“To all who come to this Happy Place, welcome!” Walt Disney used those words when he opened the original Disneyland in Anaheim California in 1955.
He could have been talking to us. He was talking to us.
We started going to Disneyland Paris, then called Eurodisney, almost as soon as we all moved in together in 1994, and it has always been such a happy place for us. Look at the expressions on our faces!
In the photo above, Daphné, Marie-Hélène and Alban were on the “train fou” early in 1995 (others of the same ride are here) during our visit to celebrate Grandma‘s birthday with her. It was the favorite ride for all of us for years.
We developed the habit of visiting the park on wet or cold days, not to suffer the privations of a Parisian winter, but because there were fewer visitors on those days. There were not a whole lot of visitors in any event, because the park had only opened for business a couple of years before, and was initially viewed by the French as something like a McDonald’s, an unwanted penetration of the American empire into France.
As a result, the lines for everything were shorter in those early years, except for the lines for the “train fou,” which were normal, because it was always such a great ride. Except they too were shorter on wet or cold days, and at times by the end of the day there were no “train fou” lines at all!
On days like those, the parents would stand in a little space off the path next to the lake, smoking a cigarette or looking after Charlie (after he arrived in August 1995) or simply passing a peaceful moment together. Keeping up with the children and doing what they wanted all day, while ensuring that we all ate and stayed warm, did take a little effort. Interludes of peace and quiet were definitely desirable.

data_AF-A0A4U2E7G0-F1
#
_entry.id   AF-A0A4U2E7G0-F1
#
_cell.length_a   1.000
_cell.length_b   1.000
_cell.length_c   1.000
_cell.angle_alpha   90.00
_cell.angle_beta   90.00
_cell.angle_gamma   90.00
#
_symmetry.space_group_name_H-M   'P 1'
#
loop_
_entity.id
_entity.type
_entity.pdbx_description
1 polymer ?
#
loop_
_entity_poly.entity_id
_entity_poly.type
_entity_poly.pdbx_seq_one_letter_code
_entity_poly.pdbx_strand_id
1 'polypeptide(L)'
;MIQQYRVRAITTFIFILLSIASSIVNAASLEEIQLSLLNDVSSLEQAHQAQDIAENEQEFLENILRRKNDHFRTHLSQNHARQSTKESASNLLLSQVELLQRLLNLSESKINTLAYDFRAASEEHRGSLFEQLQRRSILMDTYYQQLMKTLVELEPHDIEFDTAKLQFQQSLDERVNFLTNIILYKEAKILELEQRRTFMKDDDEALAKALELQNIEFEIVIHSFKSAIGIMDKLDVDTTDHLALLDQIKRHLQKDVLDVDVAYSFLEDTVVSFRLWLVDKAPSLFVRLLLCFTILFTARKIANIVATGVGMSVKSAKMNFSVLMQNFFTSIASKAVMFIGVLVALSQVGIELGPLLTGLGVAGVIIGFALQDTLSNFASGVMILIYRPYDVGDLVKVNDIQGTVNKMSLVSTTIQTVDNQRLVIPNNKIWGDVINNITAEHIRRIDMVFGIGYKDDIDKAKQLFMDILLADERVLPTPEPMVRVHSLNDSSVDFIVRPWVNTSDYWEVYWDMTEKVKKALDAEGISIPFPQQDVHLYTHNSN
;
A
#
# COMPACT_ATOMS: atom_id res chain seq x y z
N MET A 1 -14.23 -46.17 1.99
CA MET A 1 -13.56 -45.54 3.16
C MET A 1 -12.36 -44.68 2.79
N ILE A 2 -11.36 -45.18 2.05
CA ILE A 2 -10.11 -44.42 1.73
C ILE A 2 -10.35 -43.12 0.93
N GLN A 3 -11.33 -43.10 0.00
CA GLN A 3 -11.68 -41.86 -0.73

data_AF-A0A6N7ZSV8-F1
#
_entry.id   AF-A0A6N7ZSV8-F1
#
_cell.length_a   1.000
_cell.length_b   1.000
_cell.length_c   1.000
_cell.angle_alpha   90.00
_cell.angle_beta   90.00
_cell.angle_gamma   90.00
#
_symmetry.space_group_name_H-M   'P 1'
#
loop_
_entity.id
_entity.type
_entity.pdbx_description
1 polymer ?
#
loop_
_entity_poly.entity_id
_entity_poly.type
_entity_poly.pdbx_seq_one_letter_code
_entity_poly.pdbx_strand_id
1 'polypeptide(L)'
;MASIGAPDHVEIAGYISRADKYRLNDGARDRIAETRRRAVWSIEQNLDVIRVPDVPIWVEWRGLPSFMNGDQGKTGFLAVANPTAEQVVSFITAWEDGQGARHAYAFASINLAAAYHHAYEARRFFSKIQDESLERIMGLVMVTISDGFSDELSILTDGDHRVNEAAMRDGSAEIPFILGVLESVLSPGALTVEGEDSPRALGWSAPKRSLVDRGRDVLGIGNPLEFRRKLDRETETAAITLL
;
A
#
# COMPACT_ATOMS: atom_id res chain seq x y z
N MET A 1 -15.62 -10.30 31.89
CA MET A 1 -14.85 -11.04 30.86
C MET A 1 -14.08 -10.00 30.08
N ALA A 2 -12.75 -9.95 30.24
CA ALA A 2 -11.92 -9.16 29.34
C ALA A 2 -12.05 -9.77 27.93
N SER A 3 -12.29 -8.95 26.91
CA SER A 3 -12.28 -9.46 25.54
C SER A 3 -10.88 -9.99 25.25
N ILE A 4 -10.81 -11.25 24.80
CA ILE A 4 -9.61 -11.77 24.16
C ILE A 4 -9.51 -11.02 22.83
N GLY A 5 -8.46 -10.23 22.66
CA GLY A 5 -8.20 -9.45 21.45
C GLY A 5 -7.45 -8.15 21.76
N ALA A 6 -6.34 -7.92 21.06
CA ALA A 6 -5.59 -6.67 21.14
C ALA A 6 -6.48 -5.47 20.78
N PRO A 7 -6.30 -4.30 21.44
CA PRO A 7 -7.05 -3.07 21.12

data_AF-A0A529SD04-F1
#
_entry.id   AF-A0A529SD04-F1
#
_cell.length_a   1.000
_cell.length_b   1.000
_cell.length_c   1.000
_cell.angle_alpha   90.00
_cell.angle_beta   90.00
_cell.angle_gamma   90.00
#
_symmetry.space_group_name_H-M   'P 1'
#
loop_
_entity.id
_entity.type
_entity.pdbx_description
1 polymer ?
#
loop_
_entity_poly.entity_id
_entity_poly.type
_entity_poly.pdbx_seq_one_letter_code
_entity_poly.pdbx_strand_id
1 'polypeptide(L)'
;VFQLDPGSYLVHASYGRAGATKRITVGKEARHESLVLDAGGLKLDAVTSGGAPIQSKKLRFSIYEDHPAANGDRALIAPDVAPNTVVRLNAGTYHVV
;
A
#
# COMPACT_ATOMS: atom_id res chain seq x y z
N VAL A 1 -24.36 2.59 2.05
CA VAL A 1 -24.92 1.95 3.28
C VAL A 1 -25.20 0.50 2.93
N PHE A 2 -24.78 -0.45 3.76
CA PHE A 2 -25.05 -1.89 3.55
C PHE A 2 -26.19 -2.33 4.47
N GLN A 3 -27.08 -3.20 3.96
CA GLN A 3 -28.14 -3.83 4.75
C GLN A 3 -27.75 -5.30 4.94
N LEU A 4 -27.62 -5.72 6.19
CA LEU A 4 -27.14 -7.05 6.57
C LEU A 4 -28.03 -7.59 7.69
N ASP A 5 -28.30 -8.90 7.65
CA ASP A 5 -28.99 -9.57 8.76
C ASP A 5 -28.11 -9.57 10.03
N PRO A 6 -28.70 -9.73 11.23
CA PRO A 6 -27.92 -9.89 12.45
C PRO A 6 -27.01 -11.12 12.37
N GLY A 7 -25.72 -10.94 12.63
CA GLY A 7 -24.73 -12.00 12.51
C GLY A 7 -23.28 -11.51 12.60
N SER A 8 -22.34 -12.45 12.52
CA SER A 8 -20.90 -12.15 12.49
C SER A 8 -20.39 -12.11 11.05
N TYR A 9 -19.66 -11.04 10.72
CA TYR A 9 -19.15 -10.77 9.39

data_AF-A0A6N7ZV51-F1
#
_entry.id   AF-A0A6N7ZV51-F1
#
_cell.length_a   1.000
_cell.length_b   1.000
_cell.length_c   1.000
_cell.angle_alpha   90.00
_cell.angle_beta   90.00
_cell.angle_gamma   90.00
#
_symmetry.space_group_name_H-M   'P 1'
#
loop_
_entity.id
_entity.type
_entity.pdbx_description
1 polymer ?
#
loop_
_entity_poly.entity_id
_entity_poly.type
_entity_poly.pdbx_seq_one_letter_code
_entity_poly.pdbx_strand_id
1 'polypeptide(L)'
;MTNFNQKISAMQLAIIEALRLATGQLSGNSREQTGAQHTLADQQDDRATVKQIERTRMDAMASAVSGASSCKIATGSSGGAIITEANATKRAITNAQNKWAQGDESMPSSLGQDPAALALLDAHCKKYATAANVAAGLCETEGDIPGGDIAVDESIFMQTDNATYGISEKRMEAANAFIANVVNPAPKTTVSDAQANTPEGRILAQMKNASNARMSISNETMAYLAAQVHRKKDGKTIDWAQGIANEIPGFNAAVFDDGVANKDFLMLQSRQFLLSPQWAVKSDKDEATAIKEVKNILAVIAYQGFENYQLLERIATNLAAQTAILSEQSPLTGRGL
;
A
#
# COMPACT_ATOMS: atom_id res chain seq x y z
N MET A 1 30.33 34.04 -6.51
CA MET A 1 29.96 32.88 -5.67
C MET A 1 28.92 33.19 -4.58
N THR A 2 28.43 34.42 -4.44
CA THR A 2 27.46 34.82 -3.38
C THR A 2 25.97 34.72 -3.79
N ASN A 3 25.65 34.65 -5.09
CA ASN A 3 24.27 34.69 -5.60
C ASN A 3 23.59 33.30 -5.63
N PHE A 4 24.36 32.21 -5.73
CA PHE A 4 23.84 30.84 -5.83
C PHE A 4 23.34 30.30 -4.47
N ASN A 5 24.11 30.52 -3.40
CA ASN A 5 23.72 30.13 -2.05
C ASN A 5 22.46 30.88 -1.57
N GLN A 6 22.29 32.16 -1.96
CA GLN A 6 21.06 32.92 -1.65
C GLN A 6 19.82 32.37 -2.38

The ride crossed the lake in a tunnel, and then resurfaced on land across the water. From our vantage point, we could watch it in the background. This particular path was on the way from the ride’s exit back to the park or, if you wanted, back to the start of the ride. Of course, there was typically a wait to get back on the ride. But the wait was reduced on these wet or cold days, and there was often no wait at all by the end of the day.
The parents stood and chatted for maybe five or ten minutes for each ride that the children took. Typically it was a quiet time, with dusk falling and the crowds of the day making their way, almost subdued now, out of the park.